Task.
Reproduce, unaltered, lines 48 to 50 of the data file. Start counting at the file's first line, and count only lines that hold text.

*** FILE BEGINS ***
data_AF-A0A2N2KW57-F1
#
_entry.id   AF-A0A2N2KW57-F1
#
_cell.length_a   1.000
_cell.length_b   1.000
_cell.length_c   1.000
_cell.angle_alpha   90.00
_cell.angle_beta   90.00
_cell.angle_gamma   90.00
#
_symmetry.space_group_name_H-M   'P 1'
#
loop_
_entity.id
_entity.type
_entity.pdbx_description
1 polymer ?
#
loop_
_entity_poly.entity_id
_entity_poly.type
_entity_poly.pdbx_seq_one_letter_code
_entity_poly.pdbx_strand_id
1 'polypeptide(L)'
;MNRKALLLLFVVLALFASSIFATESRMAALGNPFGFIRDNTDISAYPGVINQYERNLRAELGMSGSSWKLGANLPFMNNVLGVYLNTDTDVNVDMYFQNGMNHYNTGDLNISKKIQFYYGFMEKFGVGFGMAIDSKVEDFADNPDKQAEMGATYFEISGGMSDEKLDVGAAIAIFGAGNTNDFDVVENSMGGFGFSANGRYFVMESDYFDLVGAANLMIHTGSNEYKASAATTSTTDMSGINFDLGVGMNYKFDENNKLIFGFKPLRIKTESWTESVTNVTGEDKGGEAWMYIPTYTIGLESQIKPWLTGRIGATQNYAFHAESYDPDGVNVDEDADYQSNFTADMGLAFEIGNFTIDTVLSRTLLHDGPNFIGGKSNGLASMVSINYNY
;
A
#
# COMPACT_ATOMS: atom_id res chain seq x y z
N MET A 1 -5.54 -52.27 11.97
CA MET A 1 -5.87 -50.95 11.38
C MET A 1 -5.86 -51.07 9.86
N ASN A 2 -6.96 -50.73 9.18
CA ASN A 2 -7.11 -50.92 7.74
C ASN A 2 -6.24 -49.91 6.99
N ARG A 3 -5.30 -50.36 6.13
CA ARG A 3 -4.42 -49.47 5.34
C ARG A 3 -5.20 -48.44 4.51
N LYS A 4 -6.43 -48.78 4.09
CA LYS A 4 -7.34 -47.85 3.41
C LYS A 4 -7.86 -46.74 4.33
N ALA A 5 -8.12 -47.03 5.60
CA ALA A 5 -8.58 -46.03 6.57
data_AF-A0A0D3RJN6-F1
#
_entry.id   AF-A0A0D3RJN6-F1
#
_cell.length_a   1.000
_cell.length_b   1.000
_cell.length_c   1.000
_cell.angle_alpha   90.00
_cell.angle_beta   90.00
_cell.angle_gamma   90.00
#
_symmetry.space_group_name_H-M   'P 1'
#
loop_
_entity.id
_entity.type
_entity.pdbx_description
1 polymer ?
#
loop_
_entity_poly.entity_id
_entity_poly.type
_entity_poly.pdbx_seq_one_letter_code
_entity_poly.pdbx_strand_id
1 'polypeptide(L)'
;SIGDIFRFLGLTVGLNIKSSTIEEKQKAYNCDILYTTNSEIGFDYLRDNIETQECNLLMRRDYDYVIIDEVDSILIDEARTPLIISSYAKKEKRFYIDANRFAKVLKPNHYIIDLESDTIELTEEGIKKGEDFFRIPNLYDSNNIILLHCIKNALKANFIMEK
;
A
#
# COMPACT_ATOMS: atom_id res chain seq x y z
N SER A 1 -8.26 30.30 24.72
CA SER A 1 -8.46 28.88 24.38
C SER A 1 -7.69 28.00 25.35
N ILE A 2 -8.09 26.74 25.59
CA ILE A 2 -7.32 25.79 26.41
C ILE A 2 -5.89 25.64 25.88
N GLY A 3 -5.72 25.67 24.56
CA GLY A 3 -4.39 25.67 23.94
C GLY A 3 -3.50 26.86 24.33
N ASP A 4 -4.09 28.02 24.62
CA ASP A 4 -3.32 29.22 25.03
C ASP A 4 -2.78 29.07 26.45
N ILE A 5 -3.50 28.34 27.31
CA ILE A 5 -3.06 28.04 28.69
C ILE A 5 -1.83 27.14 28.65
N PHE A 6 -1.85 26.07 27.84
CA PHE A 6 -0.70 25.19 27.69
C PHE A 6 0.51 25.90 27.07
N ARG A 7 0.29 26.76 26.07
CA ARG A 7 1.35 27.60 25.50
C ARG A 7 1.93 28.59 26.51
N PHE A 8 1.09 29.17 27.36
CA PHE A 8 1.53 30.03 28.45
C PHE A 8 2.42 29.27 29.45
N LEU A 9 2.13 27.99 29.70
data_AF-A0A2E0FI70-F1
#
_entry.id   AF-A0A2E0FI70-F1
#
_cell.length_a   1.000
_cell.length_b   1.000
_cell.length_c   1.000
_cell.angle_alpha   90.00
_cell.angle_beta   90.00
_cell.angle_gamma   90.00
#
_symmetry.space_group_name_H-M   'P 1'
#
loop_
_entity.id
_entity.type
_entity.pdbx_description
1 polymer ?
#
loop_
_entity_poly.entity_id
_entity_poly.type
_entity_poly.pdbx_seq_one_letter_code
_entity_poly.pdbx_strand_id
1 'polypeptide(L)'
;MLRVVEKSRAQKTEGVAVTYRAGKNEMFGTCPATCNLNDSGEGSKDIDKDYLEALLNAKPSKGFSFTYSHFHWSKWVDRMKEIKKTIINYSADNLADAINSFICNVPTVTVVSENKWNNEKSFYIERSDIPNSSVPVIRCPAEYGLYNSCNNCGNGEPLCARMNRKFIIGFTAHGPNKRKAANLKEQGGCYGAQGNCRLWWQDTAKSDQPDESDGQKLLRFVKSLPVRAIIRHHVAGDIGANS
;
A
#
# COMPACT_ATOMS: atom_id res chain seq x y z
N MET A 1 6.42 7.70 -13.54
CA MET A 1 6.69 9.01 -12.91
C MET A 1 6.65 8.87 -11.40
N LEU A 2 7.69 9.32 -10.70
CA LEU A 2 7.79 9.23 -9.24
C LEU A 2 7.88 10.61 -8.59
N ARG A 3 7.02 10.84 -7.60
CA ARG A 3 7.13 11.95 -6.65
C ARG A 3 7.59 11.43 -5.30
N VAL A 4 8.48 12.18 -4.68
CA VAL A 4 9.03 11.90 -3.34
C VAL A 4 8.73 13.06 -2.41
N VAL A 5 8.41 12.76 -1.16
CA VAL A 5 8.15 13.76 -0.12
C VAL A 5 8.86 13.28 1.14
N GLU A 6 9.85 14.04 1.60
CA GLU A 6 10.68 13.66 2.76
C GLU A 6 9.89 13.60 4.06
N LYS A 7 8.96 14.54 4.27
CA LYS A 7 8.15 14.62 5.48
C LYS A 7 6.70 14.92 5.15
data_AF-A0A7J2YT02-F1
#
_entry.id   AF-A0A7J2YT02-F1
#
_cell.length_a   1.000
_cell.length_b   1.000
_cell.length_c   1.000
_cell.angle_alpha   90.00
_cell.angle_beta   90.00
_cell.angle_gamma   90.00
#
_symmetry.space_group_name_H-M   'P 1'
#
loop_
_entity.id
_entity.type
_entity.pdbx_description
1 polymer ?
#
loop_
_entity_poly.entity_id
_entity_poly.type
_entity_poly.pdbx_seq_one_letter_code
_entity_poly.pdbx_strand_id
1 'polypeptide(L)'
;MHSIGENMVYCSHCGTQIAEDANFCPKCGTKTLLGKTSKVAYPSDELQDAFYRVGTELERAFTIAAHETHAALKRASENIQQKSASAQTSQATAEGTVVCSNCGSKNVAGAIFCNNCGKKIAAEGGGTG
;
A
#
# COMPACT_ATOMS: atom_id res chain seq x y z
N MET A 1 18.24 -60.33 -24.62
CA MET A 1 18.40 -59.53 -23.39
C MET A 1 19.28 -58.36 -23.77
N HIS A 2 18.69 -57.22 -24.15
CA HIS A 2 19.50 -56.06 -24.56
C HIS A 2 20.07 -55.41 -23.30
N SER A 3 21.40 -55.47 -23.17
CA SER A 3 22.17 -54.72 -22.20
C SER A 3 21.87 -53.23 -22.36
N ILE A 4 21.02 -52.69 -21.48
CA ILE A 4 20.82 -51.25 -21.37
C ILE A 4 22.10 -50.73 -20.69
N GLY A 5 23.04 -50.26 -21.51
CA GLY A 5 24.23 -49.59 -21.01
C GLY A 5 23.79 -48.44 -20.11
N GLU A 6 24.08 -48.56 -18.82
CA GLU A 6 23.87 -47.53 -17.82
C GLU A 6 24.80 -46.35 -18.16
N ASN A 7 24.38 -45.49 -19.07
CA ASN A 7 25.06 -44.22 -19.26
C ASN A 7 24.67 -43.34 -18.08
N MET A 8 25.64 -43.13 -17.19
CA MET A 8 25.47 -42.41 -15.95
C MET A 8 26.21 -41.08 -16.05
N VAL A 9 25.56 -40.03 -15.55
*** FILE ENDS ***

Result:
#
_cell.length_a   1.000
_cell.length_b   1.000